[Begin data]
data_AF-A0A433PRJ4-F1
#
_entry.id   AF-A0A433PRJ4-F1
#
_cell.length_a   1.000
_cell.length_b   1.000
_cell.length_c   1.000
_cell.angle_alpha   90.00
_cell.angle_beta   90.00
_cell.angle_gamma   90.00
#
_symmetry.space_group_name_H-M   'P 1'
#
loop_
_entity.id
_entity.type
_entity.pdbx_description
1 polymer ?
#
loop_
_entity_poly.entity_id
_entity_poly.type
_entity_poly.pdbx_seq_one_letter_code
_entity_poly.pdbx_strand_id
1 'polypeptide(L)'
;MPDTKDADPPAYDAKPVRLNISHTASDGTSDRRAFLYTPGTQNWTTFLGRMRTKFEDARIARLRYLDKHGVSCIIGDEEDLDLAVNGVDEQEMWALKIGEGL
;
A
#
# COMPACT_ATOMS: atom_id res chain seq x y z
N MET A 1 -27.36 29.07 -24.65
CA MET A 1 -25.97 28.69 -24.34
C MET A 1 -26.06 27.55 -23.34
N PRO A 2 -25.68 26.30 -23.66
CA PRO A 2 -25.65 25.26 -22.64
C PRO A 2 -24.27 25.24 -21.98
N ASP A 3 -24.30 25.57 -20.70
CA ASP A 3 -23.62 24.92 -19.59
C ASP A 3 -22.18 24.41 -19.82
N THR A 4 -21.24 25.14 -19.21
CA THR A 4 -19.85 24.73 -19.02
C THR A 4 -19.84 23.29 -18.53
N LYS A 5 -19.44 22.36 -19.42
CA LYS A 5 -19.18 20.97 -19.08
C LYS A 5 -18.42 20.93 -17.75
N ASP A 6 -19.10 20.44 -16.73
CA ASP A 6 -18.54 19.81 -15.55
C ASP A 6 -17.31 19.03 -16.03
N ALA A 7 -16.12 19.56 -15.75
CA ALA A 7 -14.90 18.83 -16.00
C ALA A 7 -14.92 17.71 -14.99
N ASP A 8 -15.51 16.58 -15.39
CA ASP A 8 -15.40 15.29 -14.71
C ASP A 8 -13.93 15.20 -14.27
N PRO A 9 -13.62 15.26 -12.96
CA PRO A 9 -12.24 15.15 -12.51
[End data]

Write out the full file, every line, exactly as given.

data_AF-A0A433PRJ4-F1
#
_entry.id   AF-A0A433PRJ4-F1
#
_cell.length_a   1.000
_cell.length_b   1.000
_cell.length_c   1.000
_cell.angle_alpha   90.00
_cell.angle_beta   90.00
_cell.angle_gamma   90.00
#
_symmetry.space_group_name_H-M   'P 1'
#
loop_
_entity.id
_entity.type
_entity.pdbx_description
1 polymer ?
#
loop_
_entity_poly.entity_id
_entity_poly.type
_entity_poly.pdbx_seq_one_letter_code
_entity_poly.pdbx_strand_id
1 'polypeptide(L)'
;MPDTKDADPPAYDAKPVRLNISHTASDGTSDRRAFLYTPGTQNWTTFLGRMRTKFEDARIARLRYLDKHGVSCIIGDEEDLDLAVNGVDEQEMWALKIGEGL
;
A
#
# COMPACT_ATOMS: atom_id res chain seq x y z
N MET A 1 -27.36 29.07 -24.65
CA MET A 1 -25.97 28.69 -24.34
C MET A 1 -26.06 27.55 -23.34
N PRO A 2 -25.68 26.30 -23.66
CA PRO A 2 -25.65 25.26 -22.64
C PRO A 2 -24.27 25.24 -21.98
N ASP A 3 -24.30 25.57 -20.70
CA ASP A 3 -23.62 24.92 -19.59
C ASP A 3 -22.18 24.41 -19.82
N THR A 4 -21.24 25.14 -19.21
CA THR A 4 -19.85 24.73 -19.02
C THR A 4 -19.84 23.29 -18.53
N LYS A 5 -19.44 22.36 -19.42
CA LYS A 5 -19.18 20.97 -19.08
C LYS A 5 -18.42 20.93 -17.75
N ASP A 6 -19.10 20.44 -16.73
CA ASP A 6 -18.54 19.81 -15.55
C ASP A 6 -17.31 19.03 -16.03
N ALA A 7 -16.12 19.56 -15.75
CA ALA A 7 -14.90 18.83 -16.00
C ALA A 7 -14.92 17.71 -14.99
N ASP A 8 -15.51 16.58 -15.39
CA ASP A 8 -15.40 15.29 -14.71
C ASP A 8 -13.93 15.20 -14.27
N PRO A 9 -13.62 15.26 -12.96
CA PRO A 9 -12.24 15.15 -12.51